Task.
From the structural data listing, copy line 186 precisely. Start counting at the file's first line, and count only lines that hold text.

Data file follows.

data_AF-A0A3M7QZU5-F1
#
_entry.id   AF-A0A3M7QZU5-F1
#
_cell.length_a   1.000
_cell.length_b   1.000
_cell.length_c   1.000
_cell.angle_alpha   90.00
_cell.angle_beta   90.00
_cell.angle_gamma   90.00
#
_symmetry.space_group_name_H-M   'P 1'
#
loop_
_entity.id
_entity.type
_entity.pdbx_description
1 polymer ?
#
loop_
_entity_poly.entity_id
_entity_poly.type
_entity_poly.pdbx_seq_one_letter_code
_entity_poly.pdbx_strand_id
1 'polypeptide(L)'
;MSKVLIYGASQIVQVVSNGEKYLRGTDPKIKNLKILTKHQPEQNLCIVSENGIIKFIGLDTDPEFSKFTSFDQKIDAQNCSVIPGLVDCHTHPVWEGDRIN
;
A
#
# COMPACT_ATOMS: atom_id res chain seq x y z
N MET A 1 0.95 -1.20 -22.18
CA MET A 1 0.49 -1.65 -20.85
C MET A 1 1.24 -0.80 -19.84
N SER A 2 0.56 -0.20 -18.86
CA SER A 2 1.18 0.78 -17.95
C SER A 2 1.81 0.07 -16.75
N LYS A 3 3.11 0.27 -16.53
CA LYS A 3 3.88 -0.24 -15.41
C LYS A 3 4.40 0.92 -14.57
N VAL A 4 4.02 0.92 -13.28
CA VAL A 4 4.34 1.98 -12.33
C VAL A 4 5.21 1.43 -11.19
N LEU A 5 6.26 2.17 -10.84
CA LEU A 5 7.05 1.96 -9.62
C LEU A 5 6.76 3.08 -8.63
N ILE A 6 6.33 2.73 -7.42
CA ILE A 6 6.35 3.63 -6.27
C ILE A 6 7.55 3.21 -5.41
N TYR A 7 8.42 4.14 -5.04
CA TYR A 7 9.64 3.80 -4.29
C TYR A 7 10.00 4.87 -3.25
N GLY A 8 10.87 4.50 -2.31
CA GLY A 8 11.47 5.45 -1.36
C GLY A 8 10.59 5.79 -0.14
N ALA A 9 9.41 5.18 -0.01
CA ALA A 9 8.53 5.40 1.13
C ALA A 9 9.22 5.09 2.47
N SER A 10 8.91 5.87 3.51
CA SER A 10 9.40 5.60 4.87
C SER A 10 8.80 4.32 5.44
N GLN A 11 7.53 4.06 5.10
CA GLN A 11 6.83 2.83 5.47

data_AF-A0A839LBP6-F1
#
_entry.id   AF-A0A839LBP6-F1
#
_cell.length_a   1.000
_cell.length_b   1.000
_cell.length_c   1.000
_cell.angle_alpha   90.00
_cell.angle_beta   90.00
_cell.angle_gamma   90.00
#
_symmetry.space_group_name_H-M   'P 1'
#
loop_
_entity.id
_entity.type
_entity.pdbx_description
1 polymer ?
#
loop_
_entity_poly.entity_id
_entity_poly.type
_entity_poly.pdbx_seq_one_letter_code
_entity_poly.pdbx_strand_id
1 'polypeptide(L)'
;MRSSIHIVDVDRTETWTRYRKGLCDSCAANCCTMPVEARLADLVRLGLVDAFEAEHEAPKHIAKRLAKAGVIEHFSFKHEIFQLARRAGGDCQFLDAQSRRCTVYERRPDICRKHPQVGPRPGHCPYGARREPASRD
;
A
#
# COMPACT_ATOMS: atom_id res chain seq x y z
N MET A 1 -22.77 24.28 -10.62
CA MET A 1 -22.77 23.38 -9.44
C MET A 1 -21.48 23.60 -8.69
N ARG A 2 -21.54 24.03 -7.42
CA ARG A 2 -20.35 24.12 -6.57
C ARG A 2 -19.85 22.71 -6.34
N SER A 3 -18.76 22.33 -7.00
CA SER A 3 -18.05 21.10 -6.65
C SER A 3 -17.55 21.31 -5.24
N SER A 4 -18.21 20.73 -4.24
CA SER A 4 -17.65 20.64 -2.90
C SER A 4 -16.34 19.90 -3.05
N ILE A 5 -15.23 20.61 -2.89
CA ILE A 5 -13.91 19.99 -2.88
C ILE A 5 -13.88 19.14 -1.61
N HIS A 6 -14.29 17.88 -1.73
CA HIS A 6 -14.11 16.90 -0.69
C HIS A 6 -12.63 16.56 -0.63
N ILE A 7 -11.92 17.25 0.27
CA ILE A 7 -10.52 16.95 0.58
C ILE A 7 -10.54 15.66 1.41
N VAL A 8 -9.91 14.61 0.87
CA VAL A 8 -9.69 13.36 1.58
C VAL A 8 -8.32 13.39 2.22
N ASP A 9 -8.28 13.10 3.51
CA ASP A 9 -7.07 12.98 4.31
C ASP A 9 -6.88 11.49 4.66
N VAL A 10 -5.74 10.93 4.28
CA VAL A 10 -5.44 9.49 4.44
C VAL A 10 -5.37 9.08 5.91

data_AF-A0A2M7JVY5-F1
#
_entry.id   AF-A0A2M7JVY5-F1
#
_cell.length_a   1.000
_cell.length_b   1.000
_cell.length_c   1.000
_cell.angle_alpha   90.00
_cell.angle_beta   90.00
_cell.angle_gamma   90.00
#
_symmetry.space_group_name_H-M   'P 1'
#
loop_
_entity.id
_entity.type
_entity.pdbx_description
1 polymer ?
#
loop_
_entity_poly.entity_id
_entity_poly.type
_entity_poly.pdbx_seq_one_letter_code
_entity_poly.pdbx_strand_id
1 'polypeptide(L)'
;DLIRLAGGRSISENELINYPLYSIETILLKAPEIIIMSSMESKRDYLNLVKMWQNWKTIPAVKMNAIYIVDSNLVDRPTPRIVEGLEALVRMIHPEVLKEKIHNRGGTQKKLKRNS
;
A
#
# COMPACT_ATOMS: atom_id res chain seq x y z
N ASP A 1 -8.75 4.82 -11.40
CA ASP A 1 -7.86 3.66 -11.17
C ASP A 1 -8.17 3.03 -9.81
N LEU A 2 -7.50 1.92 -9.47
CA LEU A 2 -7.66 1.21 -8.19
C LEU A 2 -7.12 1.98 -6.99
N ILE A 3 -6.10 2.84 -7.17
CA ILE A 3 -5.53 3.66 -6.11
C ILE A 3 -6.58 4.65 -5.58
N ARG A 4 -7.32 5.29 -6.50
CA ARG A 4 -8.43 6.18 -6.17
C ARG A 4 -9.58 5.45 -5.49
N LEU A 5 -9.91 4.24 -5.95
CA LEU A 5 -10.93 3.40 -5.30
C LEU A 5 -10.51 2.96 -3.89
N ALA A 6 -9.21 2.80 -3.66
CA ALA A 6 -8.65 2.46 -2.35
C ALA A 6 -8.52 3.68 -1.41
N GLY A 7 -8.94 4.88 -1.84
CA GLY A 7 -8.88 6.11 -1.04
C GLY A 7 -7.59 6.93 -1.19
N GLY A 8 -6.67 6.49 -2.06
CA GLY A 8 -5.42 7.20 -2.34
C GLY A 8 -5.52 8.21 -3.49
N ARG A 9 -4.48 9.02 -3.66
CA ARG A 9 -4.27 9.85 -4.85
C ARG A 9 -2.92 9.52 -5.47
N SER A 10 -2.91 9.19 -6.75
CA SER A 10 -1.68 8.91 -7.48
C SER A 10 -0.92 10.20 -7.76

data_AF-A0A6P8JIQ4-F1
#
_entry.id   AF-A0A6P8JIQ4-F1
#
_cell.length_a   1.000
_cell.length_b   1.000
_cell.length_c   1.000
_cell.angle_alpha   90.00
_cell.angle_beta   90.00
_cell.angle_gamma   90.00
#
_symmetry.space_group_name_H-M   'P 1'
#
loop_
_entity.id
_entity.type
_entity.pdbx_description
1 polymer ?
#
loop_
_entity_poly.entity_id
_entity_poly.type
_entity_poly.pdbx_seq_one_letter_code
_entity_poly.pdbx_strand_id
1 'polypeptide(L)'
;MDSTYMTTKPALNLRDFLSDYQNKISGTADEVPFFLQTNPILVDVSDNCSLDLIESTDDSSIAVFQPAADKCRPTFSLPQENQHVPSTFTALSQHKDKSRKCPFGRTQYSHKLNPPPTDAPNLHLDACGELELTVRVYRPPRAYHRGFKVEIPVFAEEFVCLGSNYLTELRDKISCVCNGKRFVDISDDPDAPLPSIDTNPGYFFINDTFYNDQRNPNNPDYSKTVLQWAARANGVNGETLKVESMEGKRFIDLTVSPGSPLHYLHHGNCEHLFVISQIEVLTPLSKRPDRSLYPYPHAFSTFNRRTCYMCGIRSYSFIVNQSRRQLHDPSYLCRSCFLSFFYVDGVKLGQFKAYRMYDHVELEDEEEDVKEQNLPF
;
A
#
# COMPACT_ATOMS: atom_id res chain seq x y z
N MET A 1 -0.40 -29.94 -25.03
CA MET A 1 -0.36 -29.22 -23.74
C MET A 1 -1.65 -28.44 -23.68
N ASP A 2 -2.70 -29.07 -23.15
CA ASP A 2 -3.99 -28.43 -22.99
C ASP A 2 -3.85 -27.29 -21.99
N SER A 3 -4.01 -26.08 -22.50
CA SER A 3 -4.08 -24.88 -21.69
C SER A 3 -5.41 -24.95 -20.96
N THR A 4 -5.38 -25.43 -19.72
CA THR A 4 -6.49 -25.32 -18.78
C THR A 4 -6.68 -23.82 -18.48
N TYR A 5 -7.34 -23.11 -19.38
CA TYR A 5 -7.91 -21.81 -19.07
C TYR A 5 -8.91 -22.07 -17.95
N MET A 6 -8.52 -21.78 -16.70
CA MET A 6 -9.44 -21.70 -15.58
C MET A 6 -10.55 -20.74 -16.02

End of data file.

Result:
#